Work Matters: Tradesman or Gardener?

I recently framed two of my favorite photos of my father and my maternal grandfather at work, and placed them on a shelf in my office to enjoy. My dad worked for the US Air Force as a civilian, in the role of mechanical engineer. He helped architect and construct large satellite dishes for the government for over 30 years. My grandfather worked for over 50 years at the Baltimore Sun newspaper as a type-setter. Both men were very proud of their work and would tell us great stories about their daily routines. I have many fond memories, and have sought to emulate their respective work ethics. They were men of their word and filled with integrity, hard workers, faithful employees, and committed to excellence in all they accomplished.

Interestingly, both men were also very good gardeners. My dad always had a large garden in the backyard of our family home. He grew lots of vegetables and provided fresh goods for his family to consume during each harvest season. We also had large pear and apple trees which allowed my mother to learn how to bake and preserve them for family enjoyment. My grandfather was adept at pruning and growing beautiful rose bushes along the side of their home in Baltimore. In addition, he had a knack for growing enormous holly bushes on both sides of their detached garage. The front porch and perimeter garden were always full of both annual and perennial flowers, much to the delight of my grandmother and all of their neighbors.

Growing up as a young boy, I didn’t really distinguish between the work of gardening and the trades these two men were employed to fulfilled. They were almost one for me…and in many respects remain so even today. I’ve often wondered, were my father and grandfather destined to be tradesmen or gardeners? It’s an interesting question to ponder, and one that I’ve yet to adequately answer beyond the simple response, “Both!”

My father and grandfather were deeply devoted to their families, wanting to provide for them as best as possible. Each of these men grew up in very sub-standard economic settings; my grandfather on a small farm in rural Pennsylvania and my father in an Italian “ghetto” in Princeton, New Jersey. Both of them had to work hard for whatever material blessings they would enjoy. Both of them were willing to sacrifice, serve, and offer their loved ones a lifestyle that exceeded what they knew as children. I’m in awe of their generosity, diligence, faithfulness, and courage.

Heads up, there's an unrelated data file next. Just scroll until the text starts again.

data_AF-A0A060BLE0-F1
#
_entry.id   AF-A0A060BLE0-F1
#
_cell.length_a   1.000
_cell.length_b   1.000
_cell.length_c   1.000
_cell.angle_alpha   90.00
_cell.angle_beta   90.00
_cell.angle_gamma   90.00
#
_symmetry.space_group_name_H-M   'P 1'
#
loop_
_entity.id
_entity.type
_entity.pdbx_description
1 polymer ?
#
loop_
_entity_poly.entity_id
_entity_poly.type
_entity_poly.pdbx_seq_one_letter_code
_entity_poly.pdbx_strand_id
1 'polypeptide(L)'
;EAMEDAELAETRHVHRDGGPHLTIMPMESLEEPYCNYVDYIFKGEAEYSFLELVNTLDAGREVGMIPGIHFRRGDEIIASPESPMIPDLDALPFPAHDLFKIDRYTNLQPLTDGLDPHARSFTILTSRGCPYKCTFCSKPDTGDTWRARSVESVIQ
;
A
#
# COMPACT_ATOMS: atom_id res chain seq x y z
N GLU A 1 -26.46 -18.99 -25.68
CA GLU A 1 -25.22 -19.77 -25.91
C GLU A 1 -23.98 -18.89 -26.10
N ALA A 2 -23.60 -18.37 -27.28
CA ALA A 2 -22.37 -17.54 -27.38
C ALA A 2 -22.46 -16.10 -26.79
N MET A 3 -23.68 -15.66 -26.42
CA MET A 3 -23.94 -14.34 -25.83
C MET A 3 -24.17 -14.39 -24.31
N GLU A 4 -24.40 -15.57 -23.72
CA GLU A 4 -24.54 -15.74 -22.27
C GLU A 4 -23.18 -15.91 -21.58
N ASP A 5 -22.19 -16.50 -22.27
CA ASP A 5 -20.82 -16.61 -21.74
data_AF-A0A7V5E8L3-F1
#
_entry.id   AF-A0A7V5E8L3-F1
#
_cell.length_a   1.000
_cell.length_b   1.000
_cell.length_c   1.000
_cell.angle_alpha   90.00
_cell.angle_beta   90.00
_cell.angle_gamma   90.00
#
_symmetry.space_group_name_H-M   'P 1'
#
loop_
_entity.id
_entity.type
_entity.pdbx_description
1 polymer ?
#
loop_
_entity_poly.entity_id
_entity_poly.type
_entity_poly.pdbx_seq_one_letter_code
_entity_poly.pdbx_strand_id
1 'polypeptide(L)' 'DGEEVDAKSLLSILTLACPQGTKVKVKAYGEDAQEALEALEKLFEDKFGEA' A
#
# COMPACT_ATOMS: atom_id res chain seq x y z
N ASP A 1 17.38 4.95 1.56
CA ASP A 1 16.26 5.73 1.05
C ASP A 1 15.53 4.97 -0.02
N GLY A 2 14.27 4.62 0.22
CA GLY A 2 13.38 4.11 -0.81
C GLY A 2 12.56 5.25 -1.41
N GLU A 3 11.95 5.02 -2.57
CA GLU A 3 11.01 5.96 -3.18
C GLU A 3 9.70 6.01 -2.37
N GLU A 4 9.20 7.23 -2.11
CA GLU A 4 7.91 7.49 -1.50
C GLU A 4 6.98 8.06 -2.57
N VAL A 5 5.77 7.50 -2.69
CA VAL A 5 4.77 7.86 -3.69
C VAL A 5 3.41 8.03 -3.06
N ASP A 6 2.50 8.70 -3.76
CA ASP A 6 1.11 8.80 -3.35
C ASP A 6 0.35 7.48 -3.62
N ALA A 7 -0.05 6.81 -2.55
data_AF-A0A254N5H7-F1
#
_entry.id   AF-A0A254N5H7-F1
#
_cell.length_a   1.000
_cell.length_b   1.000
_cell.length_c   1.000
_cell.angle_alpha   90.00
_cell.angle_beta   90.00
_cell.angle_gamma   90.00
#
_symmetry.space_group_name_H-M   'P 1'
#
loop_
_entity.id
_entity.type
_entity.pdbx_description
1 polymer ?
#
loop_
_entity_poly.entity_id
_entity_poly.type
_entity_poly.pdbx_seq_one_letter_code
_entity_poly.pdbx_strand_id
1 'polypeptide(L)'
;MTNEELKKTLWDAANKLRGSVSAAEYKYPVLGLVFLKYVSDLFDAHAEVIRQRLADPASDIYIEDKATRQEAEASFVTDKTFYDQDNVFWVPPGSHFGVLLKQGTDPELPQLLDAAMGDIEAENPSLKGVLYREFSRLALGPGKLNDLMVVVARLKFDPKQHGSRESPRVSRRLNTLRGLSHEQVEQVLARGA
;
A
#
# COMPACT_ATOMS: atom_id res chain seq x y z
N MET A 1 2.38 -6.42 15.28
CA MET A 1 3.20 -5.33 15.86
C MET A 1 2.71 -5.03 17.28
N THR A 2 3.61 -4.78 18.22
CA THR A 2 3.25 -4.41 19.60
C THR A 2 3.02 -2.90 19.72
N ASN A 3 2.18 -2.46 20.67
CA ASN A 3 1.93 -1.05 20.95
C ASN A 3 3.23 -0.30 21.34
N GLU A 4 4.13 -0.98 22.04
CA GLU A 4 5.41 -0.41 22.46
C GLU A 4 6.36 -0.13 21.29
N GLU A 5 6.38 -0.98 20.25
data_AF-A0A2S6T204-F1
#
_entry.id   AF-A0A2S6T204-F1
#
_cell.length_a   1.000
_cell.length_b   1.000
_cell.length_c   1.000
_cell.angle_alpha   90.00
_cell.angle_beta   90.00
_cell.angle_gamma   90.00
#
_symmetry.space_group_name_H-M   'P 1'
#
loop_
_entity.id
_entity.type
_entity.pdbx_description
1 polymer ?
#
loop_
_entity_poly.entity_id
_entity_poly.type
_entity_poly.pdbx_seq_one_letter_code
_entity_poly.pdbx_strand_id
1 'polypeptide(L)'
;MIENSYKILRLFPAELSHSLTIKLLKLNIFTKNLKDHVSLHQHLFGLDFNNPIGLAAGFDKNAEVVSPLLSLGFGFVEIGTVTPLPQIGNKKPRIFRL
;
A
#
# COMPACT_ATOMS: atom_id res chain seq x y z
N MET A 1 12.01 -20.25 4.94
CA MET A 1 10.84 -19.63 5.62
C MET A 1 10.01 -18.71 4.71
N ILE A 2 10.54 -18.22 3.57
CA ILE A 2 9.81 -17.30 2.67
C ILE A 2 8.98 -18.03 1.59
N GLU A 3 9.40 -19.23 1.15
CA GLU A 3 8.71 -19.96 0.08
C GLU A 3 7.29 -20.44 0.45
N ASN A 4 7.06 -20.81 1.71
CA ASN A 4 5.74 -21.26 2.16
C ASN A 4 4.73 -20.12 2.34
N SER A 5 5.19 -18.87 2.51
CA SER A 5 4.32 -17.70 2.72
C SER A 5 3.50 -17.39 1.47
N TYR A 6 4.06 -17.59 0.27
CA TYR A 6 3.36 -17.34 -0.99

But, I still wonder, now aloud, if their primary “work” was in the trade they pursued, or more in the land they tilled for the sake of a garden either for vegetables or flowers. Which was their vocation and what one was their avocation? I suppose their vocation was the one that they invested the most time in per day all year long, and the one that brought home a paycheck at the end of a week of hard work. But, my memory of these two men is that their eyes lit up most when they shared the fruit of their labors in the gardens they were growing on their own personal properties.

Were my father and grandfather tradesman who also tilled soil? Or, were they gardeners who cleaned up well and gave time to their trades? I’m still intrigued by these questions!

How about for you? What is your vocation and avocation? What most excites you about the work you’ve been called to fulfill both on your “homestead” and in your “marketplace”? Your work matters, dear friend, and that work is what looks most like generous fruitfulness that arises from a life well lived. Consider today both your vocation and your avocation(s)…invite God to inform your heart and mind as it relates to that which most connotes your truest calling, passion, mission and vision.

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Steve Macchia

Steve Macchia

Founder & President

Steve is a graduate of Northwestern College (IA) and Gordon-Conwell Theological Seminary (M.Div. and D.Min.). His prior ministry includes serving on the pastoral staff at Grace Chapel (Lexington, MA) and as president of Vision New England. Since July 1, 2003 Steve has served as founder and president of Leadership Transformations, director of the Pierce Center for Disciple-Building, and adjunct faculty in the Doctor of Ministry department at Gordon-Conwell. He is the author of fifteen books, including the Baker bestseller Becoming a Healthy Church, and Crafting a Rule of Life (IVP). He lives in the Boston area with his wife Ruth and is the proud father of two grown children, Rebekah and Nathan, daughter in-love Ashley, and papa to his beloved granddaughter, Brenna Lynn. “My soul comes alive singing the great hymns of the church and enjoying the beauty of God’s creation. I’m in awe of God for fulfilling the dream for LTI that he birthed in my heart, for the team he has assembled, and the transformational impact experienced in the leaders and teams we serve.

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